Inspector General of Child Welfare outlines need for improvements, foster care problems

In addition to investigations into serious injuries, the report discusses the lack of...
In addition to investigations into serious injuries, the report discusses the lack of placements for children who have been removed from their homes.(KOLN)
Published: Sep. 22, 2022 at 4:06 PM CDT
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LINCOLN, Neb. (KOLN) - More kids in Nebraska involved in the Child Welfare System are ending up with serious injuries.

That’s a takeaway from the most recent annual report written by Jennifer Carter, inspector general for child welfare.

According to the report, Carter investigated the serious injuries to 10 children involved in the Child Welfare System. Last year, she only investigated one.

“When you see an increase, even if it is a small number, but relative to what you’ve seen in the past and the number is larger so we just wanted to pay attention, but I don’t think there’s any reason to panic,” Carter said.

Of those 10 cases, nine are the abuse of kids ranging from less than a year old to 10. They were all involved in the welfare program, whether state wards, in the intake and initial assessment process, or engaged in the alternative response program, which is a more flexible program that provides families in need resources as a way to get them stabilized.

“We’ve never had this many injuries or any in cases related to alternative response so we would be looking at those cases to say is there a commonality? Is there a policy the department would benefit from? Are there changes in the laws that need to be made?” Carter said.

The 10th case is a 17-year-old injured in a shooting, who was a state ward and involved in juvenile probation.

Another concern Carter’s report covers is the lack of placements for kids who have been removed from their homes. She said DHHS has enough licensed foster homes on paper, but they aren’t accepting kids.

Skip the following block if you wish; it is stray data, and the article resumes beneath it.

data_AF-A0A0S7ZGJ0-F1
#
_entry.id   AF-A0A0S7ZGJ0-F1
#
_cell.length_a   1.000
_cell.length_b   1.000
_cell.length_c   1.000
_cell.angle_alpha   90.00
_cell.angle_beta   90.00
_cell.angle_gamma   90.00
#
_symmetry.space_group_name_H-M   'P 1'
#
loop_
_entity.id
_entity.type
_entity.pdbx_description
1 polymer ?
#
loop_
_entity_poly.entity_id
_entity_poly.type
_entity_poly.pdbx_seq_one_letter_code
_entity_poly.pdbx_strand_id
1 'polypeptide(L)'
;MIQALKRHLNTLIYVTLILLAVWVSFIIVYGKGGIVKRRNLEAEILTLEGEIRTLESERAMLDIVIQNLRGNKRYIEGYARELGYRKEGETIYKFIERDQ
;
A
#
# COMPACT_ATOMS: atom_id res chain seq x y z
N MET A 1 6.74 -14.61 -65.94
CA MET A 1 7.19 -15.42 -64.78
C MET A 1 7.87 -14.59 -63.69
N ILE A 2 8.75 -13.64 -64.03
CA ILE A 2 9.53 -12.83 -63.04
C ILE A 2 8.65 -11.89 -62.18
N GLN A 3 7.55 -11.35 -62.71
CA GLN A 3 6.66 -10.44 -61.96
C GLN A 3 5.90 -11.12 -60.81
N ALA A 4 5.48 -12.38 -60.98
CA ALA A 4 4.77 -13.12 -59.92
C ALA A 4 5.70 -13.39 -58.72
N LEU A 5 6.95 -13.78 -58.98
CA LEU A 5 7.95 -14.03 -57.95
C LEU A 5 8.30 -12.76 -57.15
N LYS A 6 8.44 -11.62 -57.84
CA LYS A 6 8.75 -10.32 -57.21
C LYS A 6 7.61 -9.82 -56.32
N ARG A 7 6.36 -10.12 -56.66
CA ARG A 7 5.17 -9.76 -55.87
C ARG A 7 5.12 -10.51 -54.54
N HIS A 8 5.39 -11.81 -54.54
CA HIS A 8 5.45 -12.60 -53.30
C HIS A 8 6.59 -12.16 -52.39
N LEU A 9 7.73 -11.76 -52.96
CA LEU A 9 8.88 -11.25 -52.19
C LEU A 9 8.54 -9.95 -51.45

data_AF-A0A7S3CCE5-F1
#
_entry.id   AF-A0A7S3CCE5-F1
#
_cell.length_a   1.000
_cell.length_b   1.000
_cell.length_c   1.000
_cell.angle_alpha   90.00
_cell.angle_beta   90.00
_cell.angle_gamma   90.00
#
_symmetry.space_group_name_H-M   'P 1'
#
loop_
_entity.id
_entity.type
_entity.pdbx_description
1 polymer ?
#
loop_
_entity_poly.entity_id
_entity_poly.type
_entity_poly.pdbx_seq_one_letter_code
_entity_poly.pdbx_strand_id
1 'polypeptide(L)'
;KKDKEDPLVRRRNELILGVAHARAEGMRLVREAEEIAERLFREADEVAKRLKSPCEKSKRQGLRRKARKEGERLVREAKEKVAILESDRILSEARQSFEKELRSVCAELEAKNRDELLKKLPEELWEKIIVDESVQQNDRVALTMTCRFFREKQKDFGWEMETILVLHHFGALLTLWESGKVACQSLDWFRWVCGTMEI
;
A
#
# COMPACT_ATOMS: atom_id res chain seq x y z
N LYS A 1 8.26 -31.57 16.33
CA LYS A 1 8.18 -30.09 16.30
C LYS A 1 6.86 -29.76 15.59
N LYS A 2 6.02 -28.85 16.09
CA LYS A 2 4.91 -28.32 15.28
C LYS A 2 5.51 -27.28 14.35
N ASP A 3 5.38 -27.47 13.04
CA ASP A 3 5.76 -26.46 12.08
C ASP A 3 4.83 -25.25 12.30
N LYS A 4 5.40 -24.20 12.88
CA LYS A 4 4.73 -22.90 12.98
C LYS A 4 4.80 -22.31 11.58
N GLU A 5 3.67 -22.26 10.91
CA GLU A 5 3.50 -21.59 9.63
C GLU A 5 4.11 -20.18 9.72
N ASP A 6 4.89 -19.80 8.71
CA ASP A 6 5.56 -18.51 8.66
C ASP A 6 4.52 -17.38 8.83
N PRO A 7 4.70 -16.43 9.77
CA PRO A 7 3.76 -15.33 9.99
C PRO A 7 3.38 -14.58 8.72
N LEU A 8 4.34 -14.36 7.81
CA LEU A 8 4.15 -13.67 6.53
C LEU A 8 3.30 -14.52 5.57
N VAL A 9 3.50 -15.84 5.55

“Older kids are always hard, or harder than others, I should say to place,” Carter said. “But we’re even finding sometimes it’s infants they’re having trouble locating homes for.:

She said DHHS needs to do more to support foster homes because in some situations older kids have been moving from shelter to shelter or staying the night in hotels because there’s nowhere else for them to go.

“You don’t really have possessions with you, you don’t have any kind of comfort or familiarity,” Cater said. “I think it’s very challenging.”

The last big takeaway from the report is that DHHS needs to continue to focus on reducing the caseloads of child welfare workers.

As of July 2022, only the Central Service Area is meeting the goal of being 90% in compliance with mandated caseloads. With the eastern service area only at 36.3% compliance. With the rest between 66% to 88% compliance.

“The real challenge for that is when a caseworker has too many cases,” Carter said. “They can’t pay attention to each case, in the way and with the depth that they would probably want to and need to.”

10/11 Now reached out to DHHS for comment on these issues. They highlighted their successes like stabilizing YRTCs and adjusting after ending the St. Francis contract but also said they’re committed to more improvements.

Read the full report here: